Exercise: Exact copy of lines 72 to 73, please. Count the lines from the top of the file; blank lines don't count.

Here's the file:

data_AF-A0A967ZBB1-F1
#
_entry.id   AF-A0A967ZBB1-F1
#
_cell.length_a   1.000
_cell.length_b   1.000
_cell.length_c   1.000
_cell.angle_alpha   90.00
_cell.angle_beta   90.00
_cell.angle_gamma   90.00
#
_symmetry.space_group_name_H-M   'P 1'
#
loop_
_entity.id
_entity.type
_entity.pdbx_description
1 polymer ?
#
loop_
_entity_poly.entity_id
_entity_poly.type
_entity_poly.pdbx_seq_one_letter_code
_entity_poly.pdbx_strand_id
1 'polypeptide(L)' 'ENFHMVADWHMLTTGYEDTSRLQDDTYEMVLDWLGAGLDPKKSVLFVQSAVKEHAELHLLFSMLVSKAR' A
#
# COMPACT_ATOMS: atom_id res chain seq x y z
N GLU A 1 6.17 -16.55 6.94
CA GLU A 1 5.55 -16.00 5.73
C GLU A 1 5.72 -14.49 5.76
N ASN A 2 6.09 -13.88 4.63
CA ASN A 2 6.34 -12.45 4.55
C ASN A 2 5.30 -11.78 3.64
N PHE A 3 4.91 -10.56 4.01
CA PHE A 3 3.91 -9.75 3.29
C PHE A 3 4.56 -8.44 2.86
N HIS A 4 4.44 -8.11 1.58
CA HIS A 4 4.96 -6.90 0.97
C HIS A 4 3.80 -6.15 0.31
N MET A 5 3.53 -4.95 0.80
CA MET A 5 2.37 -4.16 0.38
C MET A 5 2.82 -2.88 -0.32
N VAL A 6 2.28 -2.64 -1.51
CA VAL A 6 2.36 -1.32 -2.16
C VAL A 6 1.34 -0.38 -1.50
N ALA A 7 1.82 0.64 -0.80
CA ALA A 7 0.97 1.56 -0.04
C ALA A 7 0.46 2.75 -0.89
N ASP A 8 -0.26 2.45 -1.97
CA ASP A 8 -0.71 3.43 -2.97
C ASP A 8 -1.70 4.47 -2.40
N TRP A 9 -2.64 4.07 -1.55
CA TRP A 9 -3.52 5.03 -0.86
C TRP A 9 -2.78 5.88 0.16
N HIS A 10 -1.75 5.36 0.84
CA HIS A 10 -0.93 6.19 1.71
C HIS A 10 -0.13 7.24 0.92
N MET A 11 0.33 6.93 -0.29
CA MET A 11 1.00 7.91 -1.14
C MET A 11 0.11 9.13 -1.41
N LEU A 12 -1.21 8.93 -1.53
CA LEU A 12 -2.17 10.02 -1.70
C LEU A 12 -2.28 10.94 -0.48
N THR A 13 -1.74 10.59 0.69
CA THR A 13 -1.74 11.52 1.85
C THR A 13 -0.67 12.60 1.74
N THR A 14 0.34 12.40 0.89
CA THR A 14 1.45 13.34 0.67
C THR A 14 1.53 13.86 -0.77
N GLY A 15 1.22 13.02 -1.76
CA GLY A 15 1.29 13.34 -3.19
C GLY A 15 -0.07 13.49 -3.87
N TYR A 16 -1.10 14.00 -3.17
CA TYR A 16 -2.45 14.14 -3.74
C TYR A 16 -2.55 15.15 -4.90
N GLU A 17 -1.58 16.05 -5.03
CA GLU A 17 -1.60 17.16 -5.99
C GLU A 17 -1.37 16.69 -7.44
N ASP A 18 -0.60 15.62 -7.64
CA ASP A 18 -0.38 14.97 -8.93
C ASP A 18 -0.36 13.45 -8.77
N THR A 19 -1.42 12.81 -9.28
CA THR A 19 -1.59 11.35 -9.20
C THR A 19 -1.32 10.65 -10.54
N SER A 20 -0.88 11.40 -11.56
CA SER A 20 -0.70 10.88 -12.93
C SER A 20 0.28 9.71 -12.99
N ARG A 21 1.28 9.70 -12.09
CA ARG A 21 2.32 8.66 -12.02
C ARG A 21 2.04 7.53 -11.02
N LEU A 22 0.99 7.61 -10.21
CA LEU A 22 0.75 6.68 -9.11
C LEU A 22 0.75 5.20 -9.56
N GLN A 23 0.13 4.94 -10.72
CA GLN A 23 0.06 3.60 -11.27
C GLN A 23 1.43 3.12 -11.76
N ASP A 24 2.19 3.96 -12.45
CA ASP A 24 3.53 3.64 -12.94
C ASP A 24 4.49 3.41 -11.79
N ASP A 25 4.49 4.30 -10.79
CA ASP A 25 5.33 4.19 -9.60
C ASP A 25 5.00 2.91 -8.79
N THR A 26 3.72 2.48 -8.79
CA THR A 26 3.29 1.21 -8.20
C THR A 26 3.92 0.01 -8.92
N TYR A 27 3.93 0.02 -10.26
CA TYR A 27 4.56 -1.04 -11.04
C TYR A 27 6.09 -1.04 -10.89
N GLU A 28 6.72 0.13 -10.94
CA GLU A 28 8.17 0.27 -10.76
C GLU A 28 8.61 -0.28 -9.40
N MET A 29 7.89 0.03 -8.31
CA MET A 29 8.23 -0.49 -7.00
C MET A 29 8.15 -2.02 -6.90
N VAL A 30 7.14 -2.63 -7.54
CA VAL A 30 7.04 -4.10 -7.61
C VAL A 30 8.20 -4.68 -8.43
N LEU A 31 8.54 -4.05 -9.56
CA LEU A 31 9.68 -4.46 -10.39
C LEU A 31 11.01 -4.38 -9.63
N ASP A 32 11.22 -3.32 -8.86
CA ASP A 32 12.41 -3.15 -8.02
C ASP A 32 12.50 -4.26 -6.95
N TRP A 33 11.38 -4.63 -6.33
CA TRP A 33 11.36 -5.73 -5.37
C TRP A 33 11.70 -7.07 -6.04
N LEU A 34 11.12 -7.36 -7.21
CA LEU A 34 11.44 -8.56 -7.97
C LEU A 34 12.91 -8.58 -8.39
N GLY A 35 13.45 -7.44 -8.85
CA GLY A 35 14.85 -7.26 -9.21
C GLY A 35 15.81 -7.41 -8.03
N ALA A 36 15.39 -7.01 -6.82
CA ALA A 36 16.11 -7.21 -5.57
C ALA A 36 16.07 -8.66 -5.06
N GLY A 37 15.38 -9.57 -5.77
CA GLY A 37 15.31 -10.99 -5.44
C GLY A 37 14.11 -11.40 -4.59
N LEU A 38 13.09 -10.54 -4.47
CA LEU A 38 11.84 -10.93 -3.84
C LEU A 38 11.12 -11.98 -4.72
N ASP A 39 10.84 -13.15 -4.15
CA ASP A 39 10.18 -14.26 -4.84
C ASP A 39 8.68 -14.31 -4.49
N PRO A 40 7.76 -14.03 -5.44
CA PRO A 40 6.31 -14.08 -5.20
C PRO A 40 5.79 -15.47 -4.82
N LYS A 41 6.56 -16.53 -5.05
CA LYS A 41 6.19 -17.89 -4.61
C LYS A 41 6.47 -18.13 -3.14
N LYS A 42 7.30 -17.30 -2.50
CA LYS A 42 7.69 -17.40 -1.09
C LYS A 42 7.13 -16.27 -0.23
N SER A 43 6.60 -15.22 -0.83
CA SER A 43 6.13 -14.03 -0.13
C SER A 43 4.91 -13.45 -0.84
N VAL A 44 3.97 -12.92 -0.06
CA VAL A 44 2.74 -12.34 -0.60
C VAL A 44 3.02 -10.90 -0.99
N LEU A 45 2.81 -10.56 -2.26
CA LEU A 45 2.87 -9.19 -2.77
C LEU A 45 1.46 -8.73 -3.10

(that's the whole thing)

C GLY A 15 -0.07 13.49 -3.87
N TYR A 16 -1.10 14.00 -3.17